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McAuliffe Walks Out Mid-Interview, Scolds Reporter: ‘You Should’ve Asked Better Questions’

Then-Virginia Governor Terry McAuliffe addresses a church service in Charlottesville, Va., August 13, 2017. (Jim Bourg/Reuters)

Terry McAuliffe, the Democratic nominee to be Virginia’s next governor, cut a local news interview that aired on Tuesday short, scolding his interlocutor, reporter Nick Minock, for not asking “better questions.”

News7, an ABC affiliate for the Washington, D.C. area, tried to provide its viewers with 20 minute interviews with both McAuliffe and his opponent, Glenn Youngkin. However, as the channel acknowledged in a preemption to the segment, “the Terry McAuliffe interview is shorter than the interview of Glenn Youngkin. That was not by our doing… McAuliffe abruptly ended 7News’ interview after just ten minutes and told Nick that he should have asked better questions.”

“Alright, we are over,” declared McAuliffe in video of the final exchange between Minock and himself. “You should have asked better questions early on!” McAuliffe complained, adding that Minock “should have asked questions your viewers care about.”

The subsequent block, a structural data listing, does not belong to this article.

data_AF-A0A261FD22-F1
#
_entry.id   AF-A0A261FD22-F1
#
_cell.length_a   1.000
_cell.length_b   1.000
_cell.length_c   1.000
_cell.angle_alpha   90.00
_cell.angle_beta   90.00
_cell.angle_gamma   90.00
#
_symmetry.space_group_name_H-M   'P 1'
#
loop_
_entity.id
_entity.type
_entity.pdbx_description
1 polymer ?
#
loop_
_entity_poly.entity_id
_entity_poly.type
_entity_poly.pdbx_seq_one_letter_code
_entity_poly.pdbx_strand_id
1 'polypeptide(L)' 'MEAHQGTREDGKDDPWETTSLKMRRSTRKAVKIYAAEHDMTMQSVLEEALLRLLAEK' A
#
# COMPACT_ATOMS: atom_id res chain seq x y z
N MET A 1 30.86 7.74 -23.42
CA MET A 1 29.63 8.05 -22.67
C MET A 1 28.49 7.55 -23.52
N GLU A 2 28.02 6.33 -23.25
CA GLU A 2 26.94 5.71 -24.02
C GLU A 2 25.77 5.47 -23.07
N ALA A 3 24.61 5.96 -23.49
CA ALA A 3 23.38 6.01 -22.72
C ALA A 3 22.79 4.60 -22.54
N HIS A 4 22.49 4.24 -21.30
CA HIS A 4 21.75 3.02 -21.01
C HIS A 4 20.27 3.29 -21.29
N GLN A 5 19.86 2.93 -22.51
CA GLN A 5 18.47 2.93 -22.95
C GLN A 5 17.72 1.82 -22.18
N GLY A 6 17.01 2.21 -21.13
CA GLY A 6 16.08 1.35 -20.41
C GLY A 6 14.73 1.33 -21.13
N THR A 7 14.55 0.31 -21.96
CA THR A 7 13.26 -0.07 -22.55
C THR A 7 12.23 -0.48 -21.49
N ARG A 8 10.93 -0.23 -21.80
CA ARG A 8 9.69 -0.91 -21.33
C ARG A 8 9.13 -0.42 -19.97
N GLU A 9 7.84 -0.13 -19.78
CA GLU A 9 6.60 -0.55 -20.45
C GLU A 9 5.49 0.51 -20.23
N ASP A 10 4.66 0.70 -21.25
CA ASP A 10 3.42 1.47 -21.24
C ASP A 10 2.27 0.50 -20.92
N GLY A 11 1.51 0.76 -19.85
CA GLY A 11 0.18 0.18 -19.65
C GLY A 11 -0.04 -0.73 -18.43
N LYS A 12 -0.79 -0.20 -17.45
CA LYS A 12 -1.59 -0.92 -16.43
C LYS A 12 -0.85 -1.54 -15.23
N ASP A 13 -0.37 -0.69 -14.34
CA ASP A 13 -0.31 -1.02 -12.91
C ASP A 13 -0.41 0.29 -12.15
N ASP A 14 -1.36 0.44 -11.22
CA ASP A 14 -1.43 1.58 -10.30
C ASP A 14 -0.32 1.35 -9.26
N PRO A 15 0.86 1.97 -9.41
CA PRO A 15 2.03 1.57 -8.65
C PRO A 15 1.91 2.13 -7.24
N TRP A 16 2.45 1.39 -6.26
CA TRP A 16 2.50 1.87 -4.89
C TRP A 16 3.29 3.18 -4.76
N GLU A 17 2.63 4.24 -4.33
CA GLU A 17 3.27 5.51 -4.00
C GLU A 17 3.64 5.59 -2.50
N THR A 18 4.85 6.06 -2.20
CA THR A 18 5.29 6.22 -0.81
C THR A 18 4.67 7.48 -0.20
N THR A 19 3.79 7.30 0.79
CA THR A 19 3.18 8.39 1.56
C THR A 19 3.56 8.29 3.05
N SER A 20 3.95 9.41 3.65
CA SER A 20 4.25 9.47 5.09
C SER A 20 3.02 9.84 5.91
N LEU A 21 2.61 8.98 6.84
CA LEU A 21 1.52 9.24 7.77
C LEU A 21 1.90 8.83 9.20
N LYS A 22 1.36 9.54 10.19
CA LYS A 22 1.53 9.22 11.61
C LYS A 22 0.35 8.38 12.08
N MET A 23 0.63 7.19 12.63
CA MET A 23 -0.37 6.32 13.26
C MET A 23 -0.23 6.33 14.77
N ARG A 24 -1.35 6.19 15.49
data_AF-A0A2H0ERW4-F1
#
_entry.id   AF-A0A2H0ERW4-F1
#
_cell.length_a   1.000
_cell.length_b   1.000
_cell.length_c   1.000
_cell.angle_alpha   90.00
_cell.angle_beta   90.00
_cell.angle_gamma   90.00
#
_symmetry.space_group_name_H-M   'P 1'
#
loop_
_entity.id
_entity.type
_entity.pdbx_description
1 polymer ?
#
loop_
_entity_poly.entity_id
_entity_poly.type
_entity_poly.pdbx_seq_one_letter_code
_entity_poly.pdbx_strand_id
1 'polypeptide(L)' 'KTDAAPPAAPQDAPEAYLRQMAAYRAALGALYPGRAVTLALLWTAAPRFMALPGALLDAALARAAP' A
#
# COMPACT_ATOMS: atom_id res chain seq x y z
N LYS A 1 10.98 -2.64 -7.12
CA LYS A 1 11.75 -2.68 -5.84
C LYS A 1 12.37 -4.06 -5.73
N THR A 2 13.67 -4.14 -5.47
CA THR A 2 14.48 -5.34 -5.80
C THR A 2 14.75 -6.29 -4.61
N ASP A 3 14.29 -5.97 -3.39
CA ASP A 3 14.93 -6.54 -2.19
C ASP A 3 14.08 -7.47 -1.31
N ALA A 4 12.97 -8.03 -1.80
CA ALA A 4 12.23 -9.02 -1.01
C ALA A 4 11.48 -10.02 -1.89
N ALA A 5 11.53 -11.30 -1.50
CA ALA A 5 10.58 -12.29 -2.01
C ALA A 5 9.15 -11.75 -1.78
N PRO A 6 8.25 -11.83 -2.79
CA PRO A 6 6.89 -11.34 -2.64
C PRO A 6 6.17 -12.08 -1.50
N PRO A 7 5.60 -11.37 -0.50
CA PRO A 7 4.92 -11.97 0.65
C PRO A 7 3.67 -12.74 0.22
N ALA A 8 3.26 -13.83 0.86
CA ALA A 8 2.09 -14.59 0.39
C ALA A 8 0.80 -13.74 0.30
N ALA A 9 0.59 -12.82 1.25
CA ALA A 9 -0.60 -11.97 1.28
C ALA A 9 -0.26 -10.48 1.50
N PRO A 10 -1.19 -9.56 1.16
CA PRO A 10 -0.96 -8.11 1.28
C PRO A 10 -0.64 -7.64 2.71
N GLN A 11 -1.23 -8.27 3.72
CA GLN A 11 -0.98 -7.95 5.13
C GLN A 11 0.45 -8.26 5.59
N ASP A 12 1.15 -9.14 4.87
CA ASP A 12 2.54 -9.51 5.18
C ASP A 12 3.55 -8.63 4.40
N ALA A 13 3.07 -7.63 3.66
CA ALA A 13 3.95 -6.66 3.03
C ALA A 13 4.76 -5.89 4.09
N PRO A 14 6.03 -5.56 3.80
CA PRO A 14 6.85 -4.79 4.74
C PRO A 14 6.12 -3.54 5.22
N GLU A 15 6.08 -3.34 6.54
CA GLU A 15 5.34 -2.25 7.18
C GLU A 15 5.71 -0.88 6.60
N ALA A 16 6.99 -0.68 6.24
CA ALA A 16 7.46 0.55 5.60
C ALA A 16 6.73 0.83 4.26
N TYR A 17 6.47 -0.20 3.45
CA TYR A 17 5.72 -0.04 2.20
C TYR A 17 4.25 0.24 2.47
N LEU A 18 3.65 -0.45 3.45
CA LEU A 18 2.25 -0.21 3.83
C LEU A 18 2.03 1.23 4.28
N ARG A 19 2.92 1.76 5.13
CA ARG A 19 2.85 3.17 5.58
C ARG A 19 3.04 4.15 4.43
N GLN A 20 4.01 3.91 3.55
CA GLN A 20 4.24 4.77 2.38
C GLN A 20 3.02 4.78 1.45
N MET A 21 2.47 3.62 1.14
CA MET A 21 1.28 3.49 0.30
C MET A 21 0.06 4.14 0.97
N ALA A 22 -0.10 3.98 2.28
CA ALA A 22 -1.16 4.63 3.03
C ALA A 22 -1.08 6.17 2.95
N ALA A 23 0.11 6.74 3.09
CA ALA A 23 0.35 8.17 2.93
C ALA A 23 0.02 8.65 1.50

Minock can be heard responding off-camera: “Well, we did.”

The questions Minock did have the opportunity to ask McAuliffe were about his declaration that he doesn’t “think parents should be telling schools what to teach,” the Biden administration’s decision to involve the FBI in disputes between parents and school boards, how he would allocate resources to lower the violent crime rate in Virginia, and vaccine mandates.

Polling shows that 62 percent of voters consider education to be a “major factor” in their voting decision, while 67 percent say the same of crime.

Both issues have taken on new meaning in light of a bombshell Daily Wire report that officials in Loudoun County covered up a violent sexual assault against a 15-year-old girl by a transgender student in a school bathroom. At a rally on Tuesday, Youngkin called for a state investigation into the alleged crime and cover-up, while presenting his own plan for ensuring students’ safety on campus.

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